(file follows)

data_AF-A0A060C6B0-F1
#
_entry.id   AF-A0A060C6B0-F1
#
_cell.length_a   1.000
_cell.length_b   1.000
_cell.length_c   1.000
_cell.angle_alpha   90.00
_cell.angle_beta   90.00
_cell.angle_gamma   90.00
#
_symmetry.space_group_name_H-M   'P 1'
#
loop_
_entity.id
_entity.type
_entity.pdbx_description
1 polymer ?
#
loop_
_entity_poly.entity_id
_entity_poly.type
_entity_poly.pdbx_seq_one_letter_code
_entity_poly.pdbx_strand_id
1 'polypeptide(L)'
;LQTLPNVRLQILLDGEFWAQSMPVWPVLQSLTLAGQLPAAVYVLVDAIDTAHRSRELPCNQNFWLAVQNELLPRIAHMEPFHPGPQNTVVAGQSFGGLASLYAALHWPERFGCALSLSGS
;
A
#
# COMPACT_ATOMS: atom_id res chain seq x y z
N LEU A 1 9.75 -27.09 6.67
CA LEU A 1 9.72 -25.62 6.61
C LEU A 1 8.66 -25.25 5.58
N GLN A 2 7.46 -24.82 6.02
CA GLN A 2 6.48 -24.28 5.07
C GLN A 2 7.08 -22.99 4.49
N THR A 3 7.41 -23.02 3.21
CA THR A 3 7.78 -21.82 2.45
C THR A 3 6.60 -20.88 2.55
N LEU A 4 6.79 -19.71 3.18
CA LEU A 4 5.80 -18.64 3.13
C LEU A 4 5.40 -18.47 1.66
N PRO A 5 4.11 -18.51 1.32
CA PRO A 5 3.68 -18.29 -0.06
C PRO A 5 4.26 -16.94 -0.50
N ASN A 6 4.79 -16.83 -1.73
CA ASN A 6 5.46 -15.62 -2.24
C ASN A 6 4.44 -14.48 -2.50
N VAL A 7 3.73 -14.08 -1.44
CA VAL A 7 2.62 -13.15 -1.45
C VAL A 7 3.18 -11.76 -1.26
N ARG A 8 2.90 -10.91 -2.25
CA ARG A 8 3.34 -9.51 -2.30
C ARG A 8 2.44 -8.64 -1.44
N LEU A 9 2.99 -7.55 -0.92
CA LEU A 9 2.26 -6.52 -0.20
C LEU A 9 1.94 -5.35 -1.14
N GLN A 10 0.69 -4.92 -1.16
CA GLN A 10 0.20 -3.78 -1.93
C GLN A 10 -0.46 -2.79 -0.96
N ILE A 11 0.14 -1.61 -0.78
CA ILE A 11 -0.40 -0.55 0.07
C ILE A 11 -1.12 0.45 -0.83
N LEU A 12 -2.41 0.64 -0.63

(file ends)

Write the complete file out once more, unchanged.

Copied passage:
data_AF-A0A060C6B0-F1
#
_entry.id   AF-A0A060C6B0-F1
#
_cell.length_a   1.000
_cell.length_b   1.000
_cell.length_c   1.000
_cell.angle_alpha   90.00
_cell.angle_beta   90.00
_cell.angle_gamma   90.00
#
_symmetry.space_group_name_H-M   'P 1'
#
loop_
_entity.id
_entity.type
_entity.pdbx_description
1 polymer ?
#
loop_
_entity_poly.entity_id
_entity_poly.type
_entity_poly.pdbx_seq_one_letter_code
_entity_poly.pdbx_strand_id
1 'polypeptide(L)'
;LQTLPNVRLQILLDGEFWAQSMPVWPVLQSLTLAGQLPAAVYVLVDAIDTAHRSRELPCNQNFWLAVQNELLPRIAHMEPFHPGPQNTVVAGQSFGGLASLYAALHWPERFGCALSLSGS
;
A
#
# COMPACT_ATOMS: atom_id res chain seq x y z
N LEU A 1 9.75 -27.09 6.67
CA LEU A 1 9.72 -25.62 6.61
C LEU A 1 8.66 -25.25 5.58
N GLN A 2 7.46 -24.82 6.02
CA GLN A 2 6.48 -24.28 5.07
C GLN A 2 7.08 -22.99 4.49
N THR A 3 7.41 -23.02 3.21
CA THR A 3 7.78 -21.82 2.45
C THR A 3 6.60 -20.88 2.55
N LEU A 4 6.79 -19.71 3.18
CA LEU A 4 5.80 -18.64 3.13
C LEU A 4 5.40 -18.47 1.66
N PRO A 5 4.11 -18.51 1.32
CA PRO A 5 3.68 -18.29 -0.06
C PRO A 5 4.26 -16.94 -0.50
N ASN A 6 4.79 -16.83 -1.73
CA ASN A 6 5.46 -15.62 -2.24
C ASN A 6 4.44 -14.48 -2.50
N VAL A 7 3.73 -14.08 -1.44
CA VAL A 7 2.62 -13.15 -1.45
C VAL A 7 3.18 -11.76 -1.26
N ARG A 8 2.90 -10.91 -2.25
CA ARG A 8 3.34 -9.51 -2.30
C ARG A 8 2.44 -8.64 -1.44
N LEU A 9 2.99 -7.55 -0.92
CA LEU A 9 2.26 -6.52 -0.20
C LEU A 9 1.94 -5.35 -1.14
N GLN A 10 0.69 -4.92 -1.16
CA GLN A 10 0.20 -3.78 -1.93
C GLN A 10 -0.46 -2.79 -0.96
N ILE A 11 0.14 -1.61 -0.78
CA ILE A 11 -0.40 -0.55 0.07
C ILE A 11 -1.12 0.45 -0.83
N LEU A 12 -2.41 0.64 -0.63